41. 41. If a “kill” permit is soughtThe Endangered Species Act demands that there must be a net benefit forthe species. If one is killed, they must be replaced by two or morelive specimens per kill and they must expand on the delineatedprotected habitat area to assure the improved survival rates of theremaining specimens in the area.A single application can take up to 7 years before a permit is issued. It mustbe signed three times by various review agencies including MNR staff, thedeputy minister, the MNR ministers and others. Prior to the issuance of permitthe request be posted on the Environmental Bill of Rights Registry for publiccomment. ALL alternative designs submitted by city planners, developers andthe public can be reviewed at this phase and the decision that best balancesneeds of the threatened/endangered species and planning needs canbe implemented. If there is no reasonable way to secure a net benefit ofthe species, the request will be denied.
  42. 42. Court Case favours conservation Recent court cases regarding the need to protect killer whales in BC secured a ruling that confirmed the fate of rare species should “not be left to the discretion of politicians” that threatened and endangered animals must be protected by law. They need spaces to feed, breed and raise their young if their populations are going to survive and recovery.
  43. 43. The Key to protection is the public!Democracy Works for Endangered SpeciesAct, Study Finds; Citizen Involvement Key inProtecting and Saving Threatened Species
  44. 44. Natural Wetlands can filter out nitrate and phosphate issues
  45. 45. Lake Erie Pipeline or Pipedream?
  46. 46. Lake Erie Water Pipeline - Cost: $1.2 billion (2008) - no water treatment or transportation costs estimates - Does not include cost to upgrade intake facilities. - Water delivered over 100 km uphill. Where will we get the energy? - The Grand River would be “infrastructure” and lose heritage status.
  47. 47. Further Issues re: Pipeline Minimum wage has increased Cost of steel has gone up 66% There is a global shortage of tires, asphalt, cement and steel* 80% of Canadas infrastructure currently needs replacing* 88% of existing infrastructure is over 40 years old**Based on 2007 FCM-McGill. Municipal Infrastructure Survey
  48. 48. Pipeline QuestionsTo purchase the base materials we must competewith the growing resource demands ofmunicipalities and oil sand companies &Canadian manufacturers.What economic impacts would this project haveon our local, provincial and federal economy?
  49. 49. The lessons of Pipe 6 in London More than 500,000 people in the London area are beingurged to conserve water following the second Lake Huronpipeline water main break in two years forcingmunicipalities to rely on reservoirs. The Big Leak by Norman De Bono, The London Free Press May 24, 2012
  50. 50. Pipe 6 broke 4 times in 66 years2012: Mount Carmel (pipe 66 years)2010: 1km north of the 2012 break (pipe 54 years)1988 break in the Shipka area. (pipe: 22 years old)1983: break in the Shipka area (pipe was 17 years old)
  51. 51. London Water Supply FactsLondon uses 140 million litres of water a dayPipe 6 is 47 kilometres long from Lake Huron to Arva . It isa 1.2 metres in diameter concrete pressure pipe with 200psi water pressure that moves 2,000 litres of water persecond at a rate of 170 million litres of water a dayTotal Reservoir capacity for City of London is 441 millionlitres of water. (Springbrook, Arva & St. Thomas reservoirscombined). London only has 3.15 normal use waterdays stored in their reservoir at maximum capacity.
  52. 52. REGARDING ENGINEERING FIRMSThere is no money in discovering bad geology...or is there?
  53. 53. Problems With Engineering Firms Engineering firms often conduct environmental assessment for approval processes. Once they signed off, the liability risks transfers to the firm who purchased their data. If issues arise due to poor environmental studies, they are not held liable for any of the the work they did but they do stand to profit from remediation jobs if things go wrong. Rubber Stamps from engineers are not enough.Approvals based on completion rather than quality of data is risky! Hold a check worth the value of the Engineering Service and if things fail due to their poor initial EA data: Cash it. Its a good incentive to assure quality work.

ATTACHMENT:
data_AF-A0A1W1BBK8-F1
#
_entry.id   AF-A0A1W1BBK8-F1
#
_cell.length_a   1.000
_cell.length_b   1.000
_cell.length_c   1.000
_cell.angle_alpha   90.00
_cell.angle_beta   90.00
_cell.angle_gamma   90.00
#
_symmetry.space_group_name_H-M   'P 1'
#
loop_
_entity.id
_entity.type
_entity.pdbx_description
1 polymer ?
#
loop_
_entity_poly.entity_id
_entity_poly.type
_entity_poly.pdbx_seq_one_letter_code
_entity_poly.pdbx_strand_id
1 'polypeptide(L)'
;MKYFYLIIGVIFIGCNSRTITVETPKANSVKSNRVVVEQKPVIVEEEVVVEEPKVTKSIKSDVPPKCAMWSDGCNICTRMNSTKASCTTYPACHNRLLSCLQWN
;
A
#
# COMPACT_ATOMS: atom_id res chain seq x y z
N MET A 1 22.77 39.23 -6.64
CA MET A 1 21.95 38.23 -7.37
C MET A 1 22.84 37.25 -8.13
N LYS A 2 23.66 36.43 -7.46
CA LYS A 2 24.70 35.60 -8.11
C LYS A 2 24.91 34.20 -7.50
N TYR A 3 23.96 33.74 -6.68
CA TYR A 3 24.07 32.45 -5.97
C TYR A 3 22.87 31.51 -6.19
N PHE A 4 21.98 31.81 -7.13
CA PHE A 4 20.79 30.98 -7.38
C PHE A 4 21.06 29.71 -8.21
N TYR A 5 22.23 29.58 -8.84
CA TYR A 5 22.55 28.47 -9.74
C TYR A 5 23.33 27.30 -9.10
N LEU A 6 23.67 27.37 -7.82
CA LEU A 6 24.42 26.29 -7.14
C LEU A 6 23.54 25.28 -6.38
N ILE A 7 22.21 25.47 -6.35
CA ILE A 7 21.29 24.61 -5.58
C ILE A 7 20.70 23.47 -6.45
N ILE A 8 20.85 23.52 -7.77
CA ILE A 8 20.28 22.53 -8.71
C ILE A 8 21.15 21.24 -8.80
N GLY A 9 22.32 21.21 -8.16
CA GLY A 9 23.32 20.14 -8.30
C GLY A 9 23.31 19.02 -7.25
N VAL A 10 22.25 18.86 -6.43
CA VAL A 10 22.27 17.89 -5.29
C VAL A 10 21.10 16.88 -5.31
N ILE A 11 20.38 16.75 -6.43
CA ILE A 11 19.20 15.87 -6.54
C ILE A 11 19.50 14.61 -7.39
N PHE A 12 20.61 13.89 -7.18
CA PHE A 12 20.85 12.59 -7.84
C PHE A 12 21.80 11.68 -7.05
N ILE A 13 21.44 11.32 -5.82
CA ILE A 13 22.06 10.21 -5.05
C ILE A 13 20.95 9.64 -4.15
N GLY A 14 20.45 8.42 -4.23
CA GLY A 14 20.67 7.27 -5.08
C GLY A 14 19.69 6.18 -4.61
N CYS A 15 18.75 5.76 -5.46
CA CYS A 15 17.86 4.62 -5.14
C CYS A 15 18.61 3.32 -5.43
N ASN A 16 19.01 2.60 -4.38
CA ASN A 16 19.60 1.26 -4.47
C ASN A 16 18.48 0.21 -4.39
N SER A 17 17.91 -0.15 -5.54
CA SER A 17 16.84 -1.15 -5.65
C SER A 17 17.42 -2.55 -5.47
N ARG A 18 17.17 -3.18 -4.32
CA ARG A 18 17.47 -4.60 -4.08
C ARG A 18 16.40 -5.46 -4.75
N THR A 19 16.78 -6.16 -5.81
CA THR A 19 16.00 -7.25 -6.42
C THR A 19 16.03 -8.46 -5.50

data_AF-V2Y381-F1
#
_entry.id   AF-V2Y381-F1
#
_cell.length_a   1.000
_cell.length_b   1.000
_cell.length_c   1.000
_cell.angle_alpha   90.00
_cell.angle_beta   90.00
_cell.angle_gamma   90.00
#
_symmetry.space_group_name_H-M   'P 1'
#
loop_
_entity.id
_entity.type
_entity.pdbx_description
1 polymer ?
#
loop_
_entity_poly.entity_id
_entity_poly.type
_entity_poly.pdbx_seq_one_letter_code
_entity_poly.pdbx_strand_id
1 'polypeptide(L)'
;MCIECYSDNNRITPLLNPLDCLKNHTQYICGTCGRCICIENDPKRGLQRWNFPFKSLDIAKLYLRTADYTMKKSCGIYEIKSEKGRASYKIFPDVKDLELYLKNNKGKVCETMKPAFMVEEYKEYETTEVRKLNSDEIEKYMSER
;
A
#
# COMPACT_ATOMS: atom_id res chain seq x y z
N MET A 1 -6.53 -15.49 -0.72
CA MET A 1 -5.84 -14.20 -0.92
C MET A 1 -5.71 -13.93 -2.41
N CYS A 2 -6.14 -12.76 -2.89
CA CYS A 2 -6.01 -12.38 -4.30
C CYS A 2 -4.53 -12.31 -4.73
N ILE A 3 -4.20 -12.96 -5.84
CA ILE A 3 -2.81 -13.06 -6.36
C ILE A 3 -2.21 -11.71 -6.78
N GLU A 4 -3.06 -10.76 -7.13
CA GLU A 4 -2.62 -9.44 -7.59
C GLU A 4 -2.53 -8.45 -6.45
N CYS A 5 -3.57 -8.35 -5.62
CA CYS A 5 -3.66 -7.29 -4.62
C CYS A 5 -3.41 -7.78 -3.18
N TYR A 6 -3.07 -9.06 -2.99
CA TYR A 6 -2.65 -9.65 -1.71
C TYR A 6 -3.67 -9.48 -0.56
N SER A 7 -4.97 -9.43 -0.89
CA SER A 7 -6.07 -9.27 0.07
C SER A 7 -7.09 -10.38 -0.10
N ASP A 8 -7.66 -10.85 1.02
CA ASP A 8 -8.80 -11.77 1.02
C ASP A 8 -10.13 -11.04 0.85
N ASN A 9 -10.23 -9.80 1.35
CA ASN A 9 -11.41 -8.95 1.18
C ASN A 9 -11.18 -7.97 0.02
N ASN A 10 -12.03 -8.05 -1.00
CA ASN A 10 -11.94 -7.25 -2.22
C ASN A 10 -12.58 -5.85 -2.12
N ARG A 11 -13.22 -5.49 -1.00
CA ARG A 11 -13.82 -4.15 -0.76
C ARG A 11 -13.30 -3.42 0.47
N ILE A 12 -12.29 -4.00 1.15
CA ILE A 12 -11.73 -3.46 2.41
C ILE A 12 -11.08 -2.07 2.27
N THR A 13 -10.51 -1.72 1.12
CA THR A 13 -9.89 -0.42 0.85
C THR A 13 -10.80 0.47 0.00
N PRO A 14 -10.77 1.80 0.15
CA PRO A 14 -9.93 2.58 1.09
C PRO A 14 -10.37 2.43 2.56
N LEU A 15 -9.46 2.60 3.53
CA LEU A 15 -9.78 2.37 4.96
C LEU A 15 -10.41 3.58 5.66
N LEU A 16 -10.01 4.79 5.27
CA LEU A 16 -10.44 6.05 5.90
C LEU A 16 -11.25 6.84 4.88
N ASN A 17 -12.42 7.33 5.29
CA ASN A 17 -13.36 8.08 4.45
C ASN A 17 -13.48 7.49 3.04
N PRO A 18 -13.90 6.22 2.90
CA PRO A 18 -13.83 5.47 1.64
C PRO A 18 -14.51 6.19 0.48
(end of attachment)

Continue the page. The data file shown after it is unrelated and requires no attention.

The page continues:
54. 54. Municipal Liability for Sewer and Water PipeFailures ... Despite Statutory Authority and Immunity In some provinces such as Ontario, municipalities benefit from both statutory authority and statutory immunity. Yet despite these twin defences, municipalities still risk being held liable, criminally or civilly, for malfunctions of their sewer and water pipes. The courts are much more willing to impose liability on municipalities than they have been to impose similar liability on more senior governments. OSWCA Paper to CWWA - 27 Feb 2007 by Jackie Campbell, B.Sc. (Pharm.), LLB, Dianne Saxe, Ph.D. in Law, Certified Specialist in Environmental Law & Frank Zechner, B.A.Sc., P.Eng., LLB (Executive Director, Ontario Sewer and Watermain Construction Association)
  55. 55. Lake Erie:Under Stress Toxic Algae Issues Growing “Dead Zone” Declining water volumes Greater contamination risk Climate Change Invasive species Water taking (CAN & US) Bulk Water Shipments
  56. 56. Zebra Mussels in intake pipes ar
  57. 57. Lake Erie March 12, 2012 Will it even be drinkable?
  58. 58. International Joint Commissionbiennial report on the state of the Great LakesCalling Lake Erie the "poster child" for eutrophication,the commissions U.S. co-chair, Lana Pollack, saidmuch of the lake is back to being coated with slimygreen algal blooms in the summer, as it was in the1960s and early 70s. Great Lakes Phospherous Levels Rising Report Warns By Sharon Oosthoek CBC News, Mar 9, 2011
  59. 59. August 31st to September 7 2012 The rotting fish carcasses as well as some dead birds lined the shore of Lake Erie for 40 kilometres. Lack of Oxygen Killed Lake Erie Fish Test Show Richard J. Brennan, National Affairs Writer, Toronto Star
  60. 60. International Joint CommissionIt is clear that human and ecosystem health in theGreat Lakes basin cannot be protected withoutprotecting ground-water resources.
  61. 61. The Moraines have been providing water for free for over 15,000 years!
  62. 62. Conserve & Recycle and Aggregates (Bricks made from human sludge!)
  63. 63. Protect our A1 Farmlands and sourcewater areas for generations to come
  64. 64. Protect the function of Aggregates because Aggregates = Water Supply